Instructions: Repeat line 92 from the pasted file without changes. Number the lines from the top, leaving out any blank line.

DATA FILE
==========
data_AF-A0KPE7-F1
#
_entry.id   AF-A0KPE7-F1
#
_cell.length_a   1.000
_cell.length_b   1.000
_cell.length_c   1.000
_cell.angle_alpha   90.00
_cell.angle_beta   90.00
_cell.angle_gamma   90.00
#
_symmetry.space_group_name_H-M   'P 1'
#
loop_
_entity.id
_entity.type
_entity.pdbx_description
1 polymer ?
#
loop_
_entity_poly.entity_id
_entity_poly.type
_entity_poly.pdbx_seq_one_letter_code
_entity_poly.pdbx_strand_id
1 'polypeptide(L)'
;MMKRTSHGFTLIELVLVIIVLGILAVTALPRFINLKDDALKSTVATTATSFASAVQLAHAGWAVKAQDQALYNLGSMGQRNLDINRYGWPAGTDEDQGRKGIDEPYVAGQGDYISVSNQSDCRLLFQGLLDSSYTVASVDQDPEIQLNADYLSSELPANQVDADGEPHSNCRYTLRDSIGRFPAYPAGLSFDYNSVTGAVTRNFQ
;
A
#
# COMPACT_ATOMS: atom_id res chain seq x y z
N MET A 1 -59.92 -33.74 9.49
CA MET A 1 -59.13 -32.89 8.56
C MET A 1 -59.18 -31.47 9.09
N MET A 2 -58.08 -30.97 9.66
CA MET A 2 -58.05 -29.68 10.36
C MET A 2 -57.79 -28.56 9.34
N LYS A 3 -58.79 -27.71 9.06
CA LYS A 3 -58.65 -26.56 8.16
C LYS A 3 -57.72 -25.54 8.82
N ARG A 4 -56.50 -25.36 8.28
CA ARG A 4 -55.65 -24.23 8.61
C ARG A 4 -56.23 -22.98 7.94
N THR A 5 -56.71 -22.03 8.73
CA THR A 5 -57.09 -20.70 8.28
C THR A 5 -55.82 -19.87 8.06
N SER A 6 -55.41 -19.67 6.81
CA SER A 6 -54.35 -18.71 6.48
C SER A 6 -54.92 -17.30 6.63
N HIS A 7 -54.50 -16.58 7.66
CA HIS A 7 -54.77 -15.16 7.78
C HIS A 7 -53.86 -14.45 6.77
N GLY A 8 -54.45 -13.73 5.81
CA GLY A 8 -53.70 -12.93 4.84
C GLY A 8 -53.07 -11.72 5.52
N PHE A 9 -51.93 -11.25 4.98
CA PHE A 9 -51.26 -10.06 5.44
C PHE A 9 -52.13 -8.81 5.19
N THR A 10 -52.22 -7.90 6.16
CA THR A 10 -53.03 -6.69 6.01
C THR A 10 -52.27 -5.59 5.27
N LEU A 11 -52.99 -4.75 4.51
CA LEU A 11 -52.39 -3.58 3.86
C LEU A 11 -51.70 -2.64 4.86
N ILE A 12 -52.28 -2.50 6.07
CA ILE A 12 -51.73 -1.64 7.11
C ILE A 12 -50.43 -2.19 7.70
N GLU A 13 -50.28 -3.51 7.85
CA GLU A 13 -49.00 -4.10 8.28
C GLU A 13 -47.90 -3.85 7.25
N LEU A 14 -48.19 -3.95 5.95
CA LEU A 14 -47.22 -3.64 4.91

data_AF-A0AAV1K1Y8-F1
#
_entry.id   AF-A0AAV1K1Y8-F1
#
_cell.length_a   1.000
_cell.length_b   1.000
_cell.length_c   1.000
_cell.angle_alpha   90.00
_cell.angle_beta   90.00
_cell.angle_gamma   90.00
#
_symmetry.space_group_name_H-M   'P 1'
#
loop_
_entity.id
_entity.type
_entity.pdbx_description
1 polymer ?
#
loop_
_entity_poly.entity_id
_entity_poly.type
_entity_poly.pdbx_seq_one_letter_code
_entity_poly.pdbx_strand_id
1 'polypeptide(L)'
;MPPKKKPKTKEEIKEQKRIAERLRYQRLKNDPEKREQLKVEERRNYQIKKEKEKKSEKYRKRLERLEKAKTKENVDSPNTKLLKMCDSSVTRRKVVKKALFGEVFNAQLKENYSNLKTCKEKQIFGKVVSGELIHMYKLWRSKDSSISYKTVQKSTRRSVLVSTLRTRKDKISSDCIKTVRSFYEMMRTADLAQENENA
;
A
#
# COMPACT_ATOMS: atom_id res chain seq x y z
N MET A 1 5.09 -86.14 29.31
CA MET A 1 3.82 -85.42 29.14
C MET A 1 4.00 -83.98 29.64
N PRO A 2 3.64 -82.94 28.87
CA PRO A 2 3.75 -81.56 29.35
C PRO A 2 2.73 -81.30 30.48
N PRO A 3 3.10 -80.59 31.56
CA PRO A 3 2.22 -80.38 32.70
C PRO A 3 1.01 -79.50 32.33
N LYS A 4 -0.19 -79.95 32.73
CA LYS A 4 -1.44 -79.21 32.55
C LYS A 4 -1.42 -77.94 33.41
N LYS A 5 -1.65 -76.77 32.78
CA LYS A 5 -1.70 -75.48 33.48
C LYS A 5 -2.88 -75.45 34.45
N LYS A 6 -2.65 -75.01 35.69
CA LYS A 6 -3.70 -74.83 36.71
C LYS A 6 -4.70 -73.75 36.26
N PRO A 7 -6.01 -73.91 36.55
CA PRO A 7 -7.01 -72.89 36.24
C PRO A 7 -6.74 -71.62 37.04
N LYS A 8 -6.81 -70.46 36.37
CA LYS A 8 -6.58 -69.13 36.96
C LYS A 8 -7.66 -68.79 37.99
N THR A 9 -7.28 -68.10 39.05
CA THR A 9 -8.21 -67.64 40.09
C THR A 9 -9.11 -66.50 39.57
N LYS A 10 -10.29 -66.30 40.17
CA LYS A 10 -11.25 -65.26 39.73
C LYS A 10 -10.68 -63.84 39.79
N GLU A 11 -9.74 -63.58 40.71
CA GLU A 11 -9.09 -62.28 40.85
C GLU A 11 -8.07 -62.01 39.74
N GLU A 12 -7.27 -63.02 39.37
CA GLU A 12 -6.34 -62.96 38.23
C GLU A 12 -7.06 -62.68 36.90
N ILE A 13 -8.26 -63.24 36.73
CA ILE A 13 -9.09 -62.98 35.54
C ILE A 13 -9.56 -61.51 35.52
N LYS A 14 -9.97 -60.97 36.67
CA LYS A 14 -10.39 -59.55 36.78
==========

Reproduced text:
_entity_poly.entity_id